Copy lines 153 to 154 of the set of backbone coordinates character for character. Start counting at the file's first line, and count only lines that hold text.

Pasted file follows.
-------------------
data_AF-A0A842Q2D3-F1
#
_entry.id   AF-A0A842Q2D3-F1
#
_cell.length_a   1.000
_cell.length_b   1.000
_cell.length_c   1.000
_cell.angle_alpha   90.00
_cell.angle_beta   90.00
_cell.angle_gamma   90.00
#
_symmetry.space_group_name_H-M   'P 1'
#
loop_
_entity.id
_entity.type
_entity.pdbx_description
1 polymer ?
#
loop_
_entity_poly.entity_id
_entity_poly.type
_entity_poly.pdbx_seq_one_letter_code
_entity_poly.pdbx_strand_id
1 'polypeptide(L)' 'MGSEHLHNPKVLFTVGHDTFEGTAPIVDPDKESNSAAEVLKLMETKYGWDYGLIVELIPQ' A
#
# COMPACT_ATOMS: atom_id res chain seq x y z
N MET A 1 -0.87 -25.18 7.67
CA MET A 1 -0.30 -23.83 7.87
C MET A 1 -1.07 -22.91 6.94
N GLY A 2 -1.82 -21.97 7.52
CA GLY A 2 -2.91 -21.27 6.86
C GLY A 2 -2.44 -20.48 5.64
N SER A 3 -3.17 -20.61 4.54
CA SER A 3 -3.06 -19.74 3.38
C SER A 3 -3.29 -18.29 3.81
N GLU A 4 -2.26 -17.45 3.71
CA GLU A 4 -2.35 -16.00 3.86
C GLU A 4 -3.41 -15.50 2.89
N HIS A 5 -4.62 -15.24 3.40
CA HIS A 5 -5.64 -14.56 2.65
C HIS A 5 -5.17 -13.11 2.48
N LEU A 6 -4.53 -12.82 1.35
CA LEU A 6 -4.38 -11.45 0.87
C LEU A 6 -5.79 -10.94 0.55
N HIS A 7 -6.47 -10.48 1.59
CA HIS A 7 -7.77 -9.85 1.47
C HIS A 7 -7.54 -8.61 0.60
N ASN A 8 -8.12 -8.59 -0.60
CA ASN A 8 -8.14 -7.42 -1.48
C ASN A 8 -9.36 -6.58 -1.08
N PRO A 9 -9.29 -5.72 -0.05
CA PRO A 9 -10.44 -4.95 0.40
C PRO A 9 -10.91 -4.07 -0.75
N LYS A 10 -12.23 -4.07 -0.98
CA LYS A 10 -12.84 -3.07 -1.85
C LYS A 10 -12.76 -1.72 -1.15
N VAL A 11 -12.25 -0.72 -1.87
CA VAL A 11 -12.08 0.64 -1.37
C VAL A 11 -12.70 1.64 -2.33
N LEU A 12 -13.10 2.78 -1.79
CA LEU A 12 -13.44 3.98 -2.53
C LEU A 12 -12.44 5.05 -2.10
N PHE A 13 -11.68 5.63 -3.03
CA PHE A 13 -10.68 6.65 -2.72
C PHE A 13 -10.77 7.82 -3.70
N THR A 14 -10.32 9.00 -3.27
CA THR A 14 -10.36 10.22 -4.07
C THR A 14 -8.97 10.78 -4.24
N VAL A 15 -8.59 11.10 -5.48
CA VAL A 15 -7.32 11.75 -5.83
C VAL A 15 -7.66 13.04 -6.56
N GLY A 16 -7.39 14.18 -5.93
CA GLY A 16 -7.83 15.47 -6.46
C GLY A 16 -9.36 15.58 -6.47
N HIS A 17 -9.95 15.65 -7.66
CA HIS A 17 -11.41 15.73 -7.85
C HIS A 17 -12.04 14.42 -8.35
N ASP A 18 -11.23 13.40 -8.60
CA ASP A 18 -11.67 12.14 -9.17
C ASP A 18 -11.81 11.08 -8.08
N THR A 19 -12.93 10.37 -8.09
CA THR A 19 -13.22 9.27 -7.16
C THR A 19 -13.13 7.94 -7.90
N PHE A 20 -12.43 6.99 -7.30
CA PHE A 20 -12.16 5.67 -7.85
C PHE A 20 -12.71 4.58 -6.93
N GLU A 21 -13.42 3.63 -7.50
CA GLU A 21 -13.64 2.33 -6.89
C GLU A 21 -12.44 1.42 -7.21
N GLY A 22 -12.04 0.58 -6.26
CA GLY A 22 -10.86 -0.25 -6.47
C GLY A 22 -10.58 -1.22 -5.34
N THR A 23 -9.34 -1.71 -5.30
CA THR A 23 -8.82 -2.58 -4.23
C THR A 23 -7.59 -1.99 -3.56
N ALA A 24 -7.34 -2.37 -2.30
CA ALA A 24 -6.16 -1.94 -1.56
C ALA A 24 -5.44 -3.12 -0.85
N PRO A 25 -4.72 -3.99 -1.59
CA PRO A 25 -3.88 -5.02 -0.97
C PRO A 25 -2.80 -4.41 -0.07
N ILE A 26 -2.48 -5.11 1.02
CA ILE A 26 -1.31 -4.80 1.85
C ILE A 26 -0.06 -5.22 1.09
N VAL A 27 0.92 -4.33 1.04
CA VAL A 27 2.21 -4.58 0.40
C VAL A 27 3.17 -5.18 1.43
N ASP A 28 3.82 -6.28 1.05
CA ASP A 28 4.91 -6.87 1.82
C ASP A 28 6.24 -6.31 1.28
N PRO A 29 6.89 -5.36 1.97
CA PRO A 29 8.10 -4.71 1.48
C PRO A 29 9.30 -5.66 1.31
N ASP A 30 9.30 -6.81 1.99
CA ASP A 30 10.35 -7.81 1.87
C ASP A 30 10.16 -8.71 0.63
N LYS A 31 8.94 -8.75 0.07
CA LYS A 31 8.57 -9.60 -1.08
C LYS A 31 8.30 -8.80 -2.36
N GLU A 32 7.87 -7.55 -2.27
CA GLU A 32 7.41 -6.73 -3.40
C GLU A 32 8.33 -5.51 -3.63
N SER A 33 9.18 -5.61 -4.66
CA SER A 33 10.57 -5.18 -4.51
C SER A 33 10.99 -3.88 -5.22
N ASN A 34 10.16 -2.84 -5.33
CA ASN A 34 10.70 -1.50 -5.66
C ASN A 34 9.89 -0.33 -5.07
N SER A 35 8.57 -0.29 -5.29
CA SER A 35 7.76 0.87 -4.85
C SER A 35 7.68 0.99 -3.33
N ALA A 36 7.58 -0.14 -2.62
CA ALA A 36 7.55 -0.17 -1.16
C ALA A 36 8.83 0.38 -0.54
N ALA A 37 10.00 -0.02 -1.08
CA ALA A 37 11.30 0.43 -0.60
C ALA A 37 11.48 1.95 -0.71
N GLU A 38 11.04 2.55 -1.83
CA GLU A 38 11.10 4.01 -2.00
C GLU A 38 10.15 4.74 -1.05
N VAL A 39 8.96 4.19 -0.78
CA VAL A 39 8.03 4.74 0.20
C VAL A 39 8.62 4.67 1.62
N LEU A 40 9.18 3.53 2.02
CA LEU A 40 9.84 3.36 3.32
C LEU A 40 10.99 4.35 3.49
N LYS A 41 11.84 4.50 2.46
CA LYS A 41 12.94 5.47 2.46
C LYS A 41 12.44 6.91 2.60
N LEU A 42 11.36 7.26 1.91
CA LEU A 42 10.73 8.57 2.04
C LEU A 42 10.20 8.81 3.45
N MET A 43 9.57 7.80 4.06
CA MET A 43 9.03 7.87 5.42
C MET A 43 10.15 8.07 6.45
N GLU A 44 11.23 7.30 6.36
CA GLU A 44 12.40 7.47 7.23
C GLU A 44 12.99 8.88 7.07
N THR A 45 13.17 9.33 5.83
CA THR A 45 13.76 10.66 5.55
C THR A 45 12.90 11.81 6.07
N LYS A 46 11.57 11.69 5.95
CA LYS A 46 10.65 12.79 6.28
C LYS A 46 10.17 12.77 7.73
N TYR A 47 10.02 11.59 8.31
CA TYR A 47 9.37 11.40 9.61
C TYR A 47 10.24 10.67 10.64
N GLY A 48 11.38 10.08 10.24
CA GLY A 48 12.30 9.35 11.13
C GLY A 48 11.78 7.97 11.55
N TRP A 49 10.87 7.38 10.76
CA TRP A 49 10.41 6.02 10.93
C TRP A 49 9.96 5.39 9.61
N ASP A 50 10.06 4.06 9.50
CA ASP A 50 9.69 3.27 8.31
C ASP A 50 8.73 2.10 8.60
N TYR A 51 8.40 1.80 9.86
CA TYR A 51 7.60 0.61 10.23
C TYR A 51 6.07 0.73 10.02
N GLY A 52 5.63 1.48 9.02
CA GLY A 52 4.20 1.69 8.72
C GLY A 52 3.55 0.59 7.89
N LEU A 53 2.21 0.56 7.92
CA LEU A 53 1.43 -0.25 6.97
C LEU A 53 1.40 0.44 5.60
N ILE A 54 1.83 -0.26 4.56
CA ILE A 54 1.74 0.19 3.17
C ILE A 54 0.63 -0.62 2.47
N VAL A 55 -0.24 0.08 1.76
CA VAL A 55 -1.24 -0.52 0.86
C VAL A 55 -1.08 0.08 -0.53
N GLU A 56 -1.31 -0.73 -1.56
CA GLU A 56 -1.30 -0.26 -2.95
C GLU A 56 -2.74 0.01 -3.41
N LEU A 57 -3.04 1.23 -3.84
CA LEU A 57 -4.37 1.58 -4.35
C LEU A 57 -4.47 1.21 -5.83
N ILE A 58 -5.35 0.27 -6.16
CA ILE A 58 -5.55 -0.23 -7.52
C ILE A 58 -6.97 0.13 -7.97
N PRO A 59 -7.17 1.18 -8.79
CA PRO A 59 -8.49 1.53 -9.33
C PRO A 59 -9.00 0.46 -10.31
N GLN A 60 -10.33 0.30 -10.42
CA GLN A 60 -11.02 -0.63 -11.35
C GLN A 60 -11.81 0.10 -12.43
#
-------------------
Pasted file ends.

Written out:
C LEU A 42 10.20 8.81 3.45
N MET A 43 9.57 7.80 4.06